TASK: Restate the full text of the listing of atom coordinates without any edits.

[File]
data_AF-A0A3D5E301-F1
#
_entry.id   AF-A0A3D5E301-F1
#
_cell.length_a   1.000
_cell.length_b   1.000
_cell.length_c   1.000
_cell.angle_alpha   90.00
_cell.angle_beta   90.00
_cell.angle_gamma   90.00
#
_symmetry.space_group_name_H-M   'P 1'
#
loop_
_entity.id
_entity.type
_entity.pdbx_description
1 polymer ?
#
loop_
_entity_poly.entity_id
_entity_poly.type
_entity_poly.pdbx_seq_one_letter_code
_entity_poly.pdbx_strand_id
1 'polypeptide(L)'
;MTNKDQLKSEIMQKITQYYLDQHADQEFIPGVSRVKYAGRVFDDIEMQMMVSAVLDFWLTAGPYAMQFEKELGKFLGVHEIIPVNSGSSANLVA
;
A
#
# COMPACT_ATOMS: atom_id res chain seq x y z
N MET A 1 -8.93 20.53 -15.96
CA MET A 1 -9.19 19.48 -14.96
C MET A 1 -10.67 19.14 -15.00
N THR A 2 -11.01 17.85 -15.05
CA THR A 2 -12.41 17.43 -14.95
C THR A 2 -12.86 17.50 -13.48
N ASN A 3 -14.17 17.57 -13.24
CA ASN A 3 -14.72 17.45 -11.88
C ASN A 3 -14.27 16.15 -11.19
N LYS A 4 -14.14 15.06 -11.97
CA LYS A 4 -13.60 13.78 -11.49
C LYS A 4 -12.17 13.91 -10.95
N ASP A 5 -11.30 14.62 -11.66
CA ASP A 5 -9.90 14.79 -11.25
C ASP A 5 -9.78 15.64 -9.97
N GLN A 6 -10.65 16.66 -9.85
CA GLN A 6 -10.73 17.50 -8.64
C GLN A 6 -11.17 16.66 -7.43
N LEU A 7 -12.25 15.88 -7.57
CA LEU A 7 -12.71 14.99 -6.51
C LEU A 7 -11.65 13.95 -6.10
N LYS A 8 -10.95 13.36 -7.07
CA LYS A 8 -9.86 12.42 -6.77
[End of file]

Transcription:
data_AF-A0A3D5E301-F1
#
_entry.id   AF-A0A3D5E301-F1
#
_cell.length_a   1.000
_cell.length_b   1.000
_cell.length_c   1.000
_cell.angle_alpha   90.00
_cell.angle_beta   90.00
_cell.angle_gamma   90.00
#
_symmetry.space_group_name_H-M   'P 1'
#
loop_
_entity.id
_entity.type
_entity.pdbx_description
1 polymer ?
#
loop_
_entity_poly.entity_id
_entity_poly.type
_entity_poly.pdbx_seq_one_letter_code
_entity_poly.pdbx_strand_id
1 'polypeptide(L)'
;MTNKDQLKSEIMQKITQYYLDQHADQEFIPGVSRVKYAGRVFDDIEMQMMVSAVLDFWLTAGPYAMQFEKELGKFLGVHEIIPVNSGSSANLVA
;
A
#
# COMPACT_ATOMS: atom_id res chain seq x y z
N MET A 1 -8.93 20.53 -15.96
CA MET A 1 -9.19 19.48 -14.96
C MET A 1 -10.67 19.14 -15.00
N THR A 2 -11.01 17.85 -15.05
CA THR A 2 -12.41 17.43 -14.95
C THR A 2 -12.86 17.50 -13.48
N ASN A 3 -14.17 17.57 -13.24
CA ASN A 3 -14.72 17.45 -11.88
C ASN A 3 -14.27 16.15 -11.19
N LYS A 4 -14.14 15.06 -11.97
CA LYS A 4 -13.60 13.78 -11.49
C LYS A 4 -12.17 13.91 -10.95
N ASP A 5 -11.30 14.62 -11.66
CA ASP A 5 -9.90 14.79 -11.25
C ASP A 5 -9.78 15.64 -9.97
N GLN A 6 -10.65 16.66 -9.85
CA GLN A 6 -10.73 17.50 -8.64
C GLN A 6 -11.17 16.66 -7.43
N LEU A 7 -12.25 15.88 -7.57
CA LEU A 7 -12.71 14.99 -6.51
C LEU A 7 -11.65 13.95 -6.10
N LYS A 8 -10.95 13.36 -7.07
CA LYS A 8 -9.86 12.42 -6.77